How Can I Social Distance Safely as Canada Reopens?

As parks, beaches and campgrounds reopen across Canada, Dr. Isaac Bogoch explains how to safely navigate COVID-19 this summer.

social distance safely outside - covid-19Source: Shutterstock

Ask An Expert: As Canada Starts to Reopen This Summer, How Can I Social Distance Safely?

Reader’s Digest Canada: After a long lockdown, things have started to open up across Canada, but we still need to keep a distance. Have we learned anything new about exactly how much distance? Is it still two metres?

Infectious disease specialist Dr. Isaac Bogoch: That number is somewhat arbitrary, but it was chosen because it’s reasonable, it works and it’s easy to remember. In many parts of Europe, they’re staying 1.5 metres apart. In the United States, they say six feet apart. These are not identical distances, but they all do the job.

The key point is for people to spread apart from other people when they’re out of the house. And when they’re not in a position to practice physical distancing, they should strongly consider wearing a mask.

I’ve noticed people are often wearing their masks around their necks, and then putting them back on when they feel like it’s needed. Is it safe to be doing that?

When people are out and about, they might be touching surfaces around them—getting in and out of a store, for example. They should be mindful of that as they may infect themselves unintentionally by touching their face while they’re adjusting their mask. The best thing is for people to sanitize their hands before they put their mask on and after they take it off, so it’s helpful to have some hand sanitizer nearby to make that more convenient.

Now that it’s warm out, we may head out to a park or a beach and discover a crowd when we arrive. If that’s the case, should we stay or leave?

It’s important to have situational awareness. Look at the environment around you. Are you comfortable with it? If not, it’s always okay to take ten steps back. If it’s not aligned with your perception or tolerance of risk, then leave. It’s the same at the grocery store. There might be an aisle that has a lot of people in it. Go down a different aisle and come back later when there’s fewer people in that aisle.

Some cities are painting circles in parks to help people keep distance. Do you think that’s effective?

Certainly the circles might help people have more situational awareness and adhere to physical distancing measures. Is it going to be effective 100 per cent of the time? Of course not. But I think it’s helpful and I’m always supportive of inexpensive, potentially high-yield interventions.

What other measures can cities take that may help?

There’s been a lot of chatter about increasing public spaces in urban environments. So rather than have crowded sidewalks, cities would close some streets to traffic and make more room for pedestrians.

What outdoor activities are the safest?

The risk of transmitting this infection outside is very, very low. So anything that involves being physically distant from other people is safe—going for walks or a jog, hanging out in a park with friends or family. Remember, though, just because you’re outside, it doesn’t mean you won’t touch high-contact surfaces. So you should still have hand sanitizer with you.

What about playing tennis, badminton or throwing a frisbee—games where you can be distant, but there are objects passed between people?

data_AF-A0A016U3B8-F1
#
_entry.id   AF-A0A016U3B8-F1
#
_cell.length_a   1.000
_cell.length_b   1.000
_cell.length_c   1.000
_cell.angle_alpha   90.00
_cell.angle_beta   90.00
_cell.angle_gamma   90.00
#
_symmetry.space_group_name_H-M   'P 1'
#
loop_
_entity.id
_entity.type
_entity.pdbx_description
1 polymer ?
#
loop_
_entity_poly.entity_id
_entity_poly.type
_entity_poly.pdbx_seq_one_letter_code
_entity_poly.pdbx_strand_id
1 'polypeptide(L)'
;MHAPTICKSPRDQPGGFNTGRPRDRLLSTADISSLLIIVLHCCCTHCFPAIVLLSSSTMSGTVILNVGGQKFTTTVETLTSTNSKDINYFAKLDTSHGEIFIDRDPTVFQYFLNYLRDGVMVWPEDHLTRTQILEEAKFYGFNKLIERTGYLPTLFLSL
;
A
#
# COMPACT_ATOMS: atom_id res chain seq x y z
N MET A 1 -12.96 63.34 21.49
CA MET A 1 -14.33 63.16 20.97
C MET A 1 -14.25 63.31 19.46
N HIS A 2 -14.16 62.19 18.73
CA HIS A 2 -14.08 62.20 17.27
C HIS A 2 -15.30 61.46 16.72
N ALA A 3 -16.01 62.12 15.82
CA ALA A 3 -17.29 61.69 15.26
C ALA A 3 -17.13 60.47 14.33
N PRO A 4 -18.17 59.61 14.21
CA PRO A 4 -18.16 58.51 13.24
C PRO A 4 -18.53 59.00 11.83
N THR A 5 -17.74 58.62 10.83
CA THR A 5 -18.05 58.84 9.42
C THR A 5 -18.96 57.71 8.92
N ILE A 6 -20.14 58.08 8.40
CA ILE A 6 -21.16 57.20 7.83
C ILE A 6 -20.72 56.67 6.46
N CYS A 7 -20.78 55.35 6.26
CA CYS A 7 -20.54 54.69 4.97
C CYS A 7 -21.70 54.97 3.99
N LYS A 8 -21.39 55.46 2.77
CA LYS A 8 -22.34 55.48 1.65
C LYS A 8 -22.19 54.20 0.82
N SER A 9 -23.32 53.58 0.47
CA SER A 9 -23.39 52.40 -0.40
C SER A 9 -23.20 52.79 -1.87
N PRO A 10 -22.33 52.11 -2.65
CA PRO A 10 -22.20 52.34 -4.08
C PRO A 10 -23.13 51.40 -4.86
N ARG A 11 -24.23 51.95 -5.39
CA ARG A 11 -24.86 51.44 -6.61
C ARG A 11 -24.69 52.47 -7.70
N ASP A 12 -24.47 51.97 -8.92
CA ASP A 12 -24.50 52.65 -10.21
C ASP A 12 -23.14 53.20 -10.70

The risk is small, but not zero. With badminton and tennis, I’ve heard of people making sure that each participant has birdies or balls that only they touch. Golf is another activity where you can spread apart from other people and you’re not touching the same high-contact surfaces.

Some people might want to rent a place away from home to get a change of scenery. How safe is that?

Well, the first step is to find out if you’re allowed to, because the rules of where you’re living might be different from the rules of where you’re thinking of renting. It’s likely low risk, and can be done in a safe manner if you practice physical distancing, wash your hands and use a mask when necessary. But keep in mind that we’re living in a time where the risk is never going to be zero per cent. If you’re at a greater risk of having a severe infection, and if the place you want to go is an area with a higher rate of transmission, you might think twice about going.

Should I make sure the place I’m renting is empty for a certain amount of time before I show up?

The virus can live on surfaces from anywhere between two hours and two days, so you should take that into consideration. That said, there are easy ways to disinfect high-contact surfaces with commercial cleaning products that will reduce the risk. However, you do still have to get there. You might need to fill your car with gas or take public transportation. You’ll have to buy groceries or get food from a restaurant. You’re still interacting with the world around you.

We know that this infection can be transmitted by people who are not showing overt signs or symptoms. Some people have more difficulty with uncertainty than other people. You might ask yourself whether the holiday is going to be filled more with concern than enjoyment—in which case, it may not be worth it.

And what about camping? Heading into the Canadian bush must be one of the safest things to do right now.

It is a low-risk setting—you’re outside, probably with the same group of people that live under your roof at home. But again, to go camping you might need to get gas, or go to the store to get some supplies. But you can do it safely, abide by the local rules and laws in place and have a wonderful time.

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